How Do I Get Cash for My Pain and Suffering?
A common question we get asked by our injury clients is, “How do I get cash for my pain and suffering?” Of course, we know there’s no way to assign an accurate dollar value to something as intangible as your physical or emotional pain. However, if you expect an insurance company or defendant to compensate you for it, you’ll have to assign some sort of monetary value to your pain and suffering- and what’s more, you’ll have to be able to defend your rationale for doing so.
What is “pain and suffering?”In legal terminology, “pain and suffering” is a blanket term that refers to any/all physical and emotional maladies that don’t fall into measured categories like property damage medical expenses, lost wages, etc. It encompasses not just physical discomfort, but also emotional and mental anguish, as expressed by worry, fear, grief, inconvenience, lack of sleep and other issues that lessen one’s quality of life. When you have been injured or harmed by another, pain and suffering is considered part of the damage, and you can often receive compensation for it when proving the injuring party is at fault. The challenge is in assigning a value to it that the insurance companies and the courts will accept.
Types of pain and sufferingPain and suffering generally fall into one of two categories: Current pain and suffering and current and future pain and suffering. If your injury is an acute event from which you’re expected to recover fully, your claim will most likely be for current pain and suffering since there is an expected end date, at which life will resume as normal. If your injuries are likely to have an impact on your ongoing quality of life for the foreseeable future, this may classify as current and future pain and suffering, for which you may be able to calculate a higher demand.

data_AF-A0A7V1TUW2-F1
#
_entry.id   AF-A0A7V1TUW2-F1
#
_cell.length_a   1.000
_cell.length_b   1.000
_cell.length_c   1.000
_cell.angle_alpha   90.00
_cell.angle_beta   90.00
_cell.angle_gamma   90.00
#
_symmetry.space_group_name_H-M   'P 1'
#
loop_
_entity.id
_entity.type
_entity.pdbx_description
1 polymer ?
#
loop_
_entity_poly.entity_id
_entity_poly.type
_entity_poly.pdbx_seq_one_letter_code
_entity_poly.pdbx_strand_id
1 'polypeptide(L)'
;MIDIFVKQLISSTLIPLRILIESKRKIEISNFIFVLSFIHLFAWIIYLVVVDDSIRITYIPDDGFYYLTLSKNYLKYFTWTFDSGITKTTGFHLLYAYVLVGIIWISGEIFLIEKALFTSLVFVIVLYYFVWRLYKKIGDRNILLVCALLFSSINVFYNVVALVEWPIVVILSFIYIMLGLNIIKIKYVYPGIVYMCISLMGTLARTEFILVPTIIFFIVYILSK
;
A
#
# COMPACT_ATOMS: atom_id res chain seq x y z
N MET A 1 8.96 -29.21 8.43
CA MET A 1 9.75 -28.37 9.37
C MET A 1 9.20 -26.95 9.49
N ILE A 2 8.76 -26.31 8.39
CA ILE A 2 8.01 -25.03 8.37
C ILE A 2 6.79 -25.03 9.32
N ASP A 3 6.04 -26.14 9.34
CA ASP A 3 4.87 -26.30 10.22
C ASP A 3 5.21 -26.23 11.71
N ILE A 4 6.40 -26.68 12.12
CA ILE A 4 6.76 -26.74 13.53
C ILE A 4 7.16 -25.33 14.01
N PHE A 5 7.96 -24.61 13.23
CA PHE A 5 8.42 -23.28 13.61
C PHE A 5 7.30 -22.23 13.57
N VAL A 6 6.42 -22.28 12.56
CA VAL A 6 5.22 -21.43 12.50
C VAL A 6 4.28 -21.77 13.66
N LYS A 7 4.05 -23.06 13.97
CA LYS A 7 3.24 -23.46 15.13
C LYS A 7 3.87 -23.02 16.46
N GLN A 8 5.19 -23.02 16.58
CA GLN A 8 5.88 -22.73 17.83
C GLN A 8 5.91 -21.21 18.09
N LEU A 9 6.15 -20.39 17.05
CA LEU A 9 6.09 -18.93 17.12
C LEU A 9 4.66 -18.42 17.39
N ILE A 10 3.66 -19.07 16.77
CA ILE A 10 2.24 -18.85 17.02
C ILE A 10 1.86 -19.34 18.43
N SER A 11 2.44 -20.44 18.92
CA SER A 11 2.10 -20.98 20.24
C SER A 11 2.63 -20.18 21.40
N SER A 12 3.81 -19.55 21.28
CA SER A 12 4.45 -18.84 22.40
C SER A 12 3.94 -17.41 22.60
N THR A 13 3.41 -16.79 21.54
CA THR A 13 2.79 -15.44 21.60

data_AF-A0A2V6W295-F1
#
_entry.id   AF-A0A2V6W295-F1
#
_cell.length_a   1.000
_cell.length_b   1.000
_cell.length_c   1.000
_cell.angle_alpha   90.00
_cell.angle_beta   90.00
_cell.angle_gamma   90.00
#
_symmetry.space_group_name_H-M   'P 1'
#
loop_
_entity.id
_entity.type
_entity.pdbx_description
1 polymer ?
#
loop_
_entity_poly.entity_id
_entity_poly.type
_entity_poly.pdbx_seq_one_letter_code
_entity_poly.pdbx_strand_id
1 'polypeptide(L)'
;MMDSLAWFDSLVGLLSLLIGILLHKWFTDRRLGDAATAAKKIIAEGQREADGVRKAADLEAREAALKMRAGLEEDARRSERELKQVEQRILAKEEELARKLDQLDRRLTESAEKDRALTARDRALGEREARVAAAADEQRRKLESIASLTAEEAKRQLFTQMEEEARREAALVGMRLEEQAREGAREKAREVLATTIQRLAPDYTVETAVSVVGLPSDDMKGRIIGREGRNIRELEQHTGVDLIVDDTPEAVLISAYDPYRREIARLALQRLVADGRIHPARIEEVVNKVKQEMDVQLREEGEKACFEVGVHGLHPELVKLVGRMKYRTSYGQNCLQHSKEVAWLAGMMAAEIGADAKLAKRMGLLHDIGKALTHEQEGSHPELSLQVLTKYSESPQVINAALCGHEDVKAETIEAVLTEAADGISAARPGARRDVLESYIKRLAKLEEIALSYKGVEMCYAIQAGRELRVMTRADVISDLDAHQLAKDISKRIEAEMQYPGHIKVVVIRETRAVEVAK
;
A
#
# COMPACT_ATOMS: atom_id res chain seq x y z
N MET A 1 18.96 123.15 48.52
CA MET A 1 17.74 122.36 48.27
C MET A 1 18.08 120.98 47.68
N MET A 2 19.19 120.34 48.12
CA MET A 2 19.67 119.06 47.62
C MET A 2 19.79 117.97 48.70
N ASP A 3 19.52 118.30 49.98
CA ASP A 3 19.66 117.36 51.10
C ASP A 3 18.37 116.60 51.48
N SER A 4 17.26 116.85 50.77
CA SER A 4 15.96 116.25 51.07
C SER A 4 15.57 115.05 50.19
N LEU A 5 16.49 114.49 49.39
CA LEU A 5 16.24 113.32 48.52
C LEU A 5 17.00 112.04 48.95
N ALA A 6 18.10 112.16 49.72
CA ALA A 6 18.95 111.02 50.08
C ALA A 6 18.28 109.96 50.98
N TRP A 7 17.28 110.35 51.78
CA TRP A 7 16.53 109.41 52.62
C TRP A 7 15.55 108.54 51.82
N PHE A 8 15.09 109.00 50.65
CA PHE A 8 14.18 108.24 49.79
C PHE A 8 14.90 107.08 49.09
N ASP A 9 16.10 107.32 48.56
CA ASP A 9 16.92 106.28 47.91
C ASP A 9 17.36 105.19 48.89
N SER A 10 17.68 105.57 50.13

Methods for calculating pain and sufferingSo how can you assign a dollar value to pain and suffering to add to your claim? Attorneys and insurance companies tend to use one of two methods to calculate a value, both of which hold sway in court or settlement negotiations:
- The multiplier method: the attorney calculates the actual damages (i.e., property damage, medical bills, lost wages) and assigns a multiplier between 1 and 5, depending on the severity of the injuries. For example, if your medical bills are $50,000 for a severe injury, your attorney may multiply that amount by a multiplier of 4 to assign a value of $200,000 to your pain and suffering.
- The per diem method : the attorney assigns a daily dollar value to pain and suffering for each day from the moment of injury to the moment of complete recovery. If it takes you two full years to recover from an injury and your attorney assigns a per diem of $120, you would claim $87,600 in pain and suffering damages. (This method obviously works best in the current pain and suffering.)